The early onset of Trimm’s mastery-based grading was that it was too binary. Students would either have a perfect grade in the class or fail. This is large because in mastery-based assessments, there is no partial credit, and one either demonstrates mastery, or they don’t. However, Trimm provides ample opportunities for students to demonstrate mastery if they couldn’t the first time, promoting a system that strives towards the success of each student. 

There was also talk about grade inflation with this new grading system. Some students believed that because people are allowed to retake multiple assessments, the value of an “A” decreases, so some students are worried the standard of rigor IMSA is held to will decrease. It is unclear how true this statement is because many selective colleges have motioned towards moving to a mastery-based curriculum. They also voiced their concerns about integrating this into the MI sequence the following year because IMSA is switching to mastery for its curriculum. The MI sequence is more standardized and worksheet-centered than BC and the math electives, so they were curious how it would look.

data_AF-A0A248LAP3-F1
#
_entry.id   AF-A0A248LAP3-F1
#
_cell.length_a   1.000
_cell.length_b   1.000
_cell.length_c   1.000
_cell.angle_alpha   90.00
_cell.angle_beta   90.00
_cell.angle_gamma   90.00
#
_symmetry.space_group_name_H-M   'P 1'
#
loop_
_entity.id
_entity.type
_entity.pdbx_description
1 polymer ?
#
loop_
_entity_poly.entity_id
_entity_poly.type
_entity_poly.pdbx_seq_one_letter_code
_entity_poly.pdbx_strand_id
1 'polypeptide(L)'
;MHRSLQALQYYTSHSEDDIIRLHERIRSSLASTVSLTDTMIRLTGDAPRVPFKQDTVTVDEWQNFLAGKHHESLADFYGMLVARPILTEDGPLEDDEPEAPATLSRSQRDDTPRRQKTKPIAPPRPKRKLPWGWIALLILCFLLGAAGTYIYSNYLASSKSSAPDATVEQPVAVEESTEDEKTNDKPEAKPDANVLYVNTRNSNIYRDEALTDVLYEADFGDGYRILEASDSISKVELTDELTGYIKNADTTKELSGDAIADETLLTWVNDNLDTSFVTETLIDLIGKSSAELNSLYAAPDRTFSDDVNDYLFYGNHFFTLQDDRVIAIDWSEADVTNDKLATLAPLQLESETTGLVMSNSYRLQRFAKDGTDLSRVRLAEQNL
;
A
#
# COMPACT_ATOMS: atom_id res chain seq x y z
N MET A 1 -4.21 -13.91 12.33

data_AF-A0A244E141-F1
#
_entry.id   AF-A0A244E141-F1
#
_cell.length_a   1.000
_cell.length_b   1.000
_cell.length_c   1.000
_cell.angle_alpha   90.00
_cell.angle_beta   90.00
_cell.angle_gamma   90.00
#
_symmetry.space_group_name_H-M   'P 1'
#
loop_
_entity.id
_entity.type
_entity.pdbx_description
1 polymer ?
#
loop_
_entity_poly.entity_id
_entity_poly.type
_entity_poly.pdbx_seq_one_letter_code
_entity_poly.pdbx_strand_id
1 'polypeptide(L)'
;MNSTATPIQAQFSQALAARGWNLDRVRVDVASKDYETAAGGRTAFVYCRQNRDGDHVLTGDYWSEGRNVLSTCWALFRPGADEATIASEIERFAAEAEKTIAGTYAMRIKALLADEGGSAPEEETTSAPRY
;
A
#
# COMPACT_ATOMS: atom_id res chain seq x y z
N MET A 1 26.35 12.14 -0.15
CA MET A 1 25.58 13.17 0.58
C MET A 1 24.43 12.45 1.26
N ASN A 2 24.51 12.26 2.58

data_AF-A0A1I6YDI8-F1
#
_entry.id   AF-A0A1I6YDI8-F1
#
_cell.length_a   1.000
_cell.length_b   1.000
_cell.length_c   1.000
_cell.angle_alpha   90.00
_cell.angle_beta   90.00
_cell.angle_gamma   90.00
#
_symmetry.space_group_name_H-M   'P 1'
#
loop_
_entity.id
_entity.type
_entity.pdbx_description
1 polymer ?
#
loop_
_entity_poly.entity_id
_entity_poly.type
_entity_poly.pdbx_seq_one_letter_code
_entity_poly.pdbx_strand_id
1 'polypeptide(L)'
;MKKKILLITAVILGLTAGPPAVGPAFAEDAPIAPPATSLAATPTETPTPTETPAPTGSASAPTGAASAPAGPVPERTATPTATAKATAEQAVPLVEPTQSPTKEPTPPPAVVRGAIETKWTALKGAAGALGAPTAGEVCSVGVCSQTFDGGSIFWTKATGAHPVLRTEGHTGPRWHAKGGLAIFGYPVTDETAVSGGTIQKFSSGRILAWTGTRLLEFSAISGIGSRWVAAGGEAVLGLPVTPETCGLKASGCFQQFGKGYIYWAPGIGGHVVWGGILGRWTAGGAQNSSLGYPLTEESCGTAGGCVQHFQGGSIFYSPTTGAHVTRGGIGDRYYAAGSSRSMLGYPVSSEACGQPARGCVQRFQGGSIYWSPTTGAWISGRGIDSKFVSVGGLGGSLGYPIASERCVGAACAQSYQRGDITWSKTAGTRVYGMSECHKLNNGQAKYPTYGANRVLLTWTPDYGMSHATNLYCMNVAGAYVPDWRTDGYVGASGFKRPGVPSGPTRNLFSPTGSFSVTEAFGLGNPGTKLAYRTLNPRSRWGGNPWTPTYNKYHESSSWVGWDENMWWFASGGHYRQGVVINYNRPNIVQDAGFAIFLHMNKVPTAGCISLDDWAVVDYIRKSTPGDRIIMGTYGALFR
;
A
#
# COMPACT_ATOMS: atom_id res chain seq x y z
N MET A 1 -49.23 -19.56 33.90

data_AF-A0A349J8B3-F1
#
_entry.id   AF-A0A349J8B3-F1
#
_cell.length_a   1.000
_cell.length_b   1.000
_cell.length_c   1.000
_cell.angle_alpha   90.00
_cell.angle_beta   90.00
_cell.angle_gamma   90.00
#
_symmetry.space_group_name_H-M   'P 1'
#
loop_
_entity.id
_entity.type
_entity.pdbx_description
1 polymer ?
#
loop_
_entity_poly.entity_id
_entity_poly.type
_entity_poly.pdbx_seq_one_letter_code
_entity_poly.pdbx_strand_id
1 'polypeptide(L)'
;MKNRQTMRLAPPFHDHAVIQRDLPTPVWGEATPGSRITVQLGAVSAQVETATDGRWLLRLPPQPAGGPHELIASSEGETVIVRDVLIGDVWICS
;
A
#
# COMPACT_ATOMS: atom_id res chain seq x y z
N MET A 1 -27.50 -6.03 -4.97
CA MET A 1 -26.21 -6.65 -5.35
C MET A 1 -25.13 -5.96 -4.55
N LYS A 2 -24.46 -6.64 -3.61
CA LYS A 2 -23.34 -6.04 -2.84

It is important to note that Trimm didn’t change the BC curriculum but only instituted a new grading scheme. All interviewees mentioned that this is still early in development. Hence, their early assessments of the new grading system will likely change.

Greater Implications at IMSA

Mastery-based learning is a concept that makes learning the primary focus of school rather than a test score. IMSA faculty have been trained to transition to mastery-based learning, but what this will be like next year is a more difficult question to answer. It is an adaptive curriculum that varies from teacher to teacher and may look different in each class. Having an arbitrary test score determine a student’s worth can cause anxiety and depression, and it can cause students to dislike a subject even if they could enjoy it. Mastery-based learning is a step away from standardized testing; however, whether it is the right step remains to be seen.




About the Author

David Dickson
I am from a noble village in Illinois. You might not have heard of it, but it is called Chicago. I enjoy writing, listening to different types of music, computer games, and singing. Everywhere.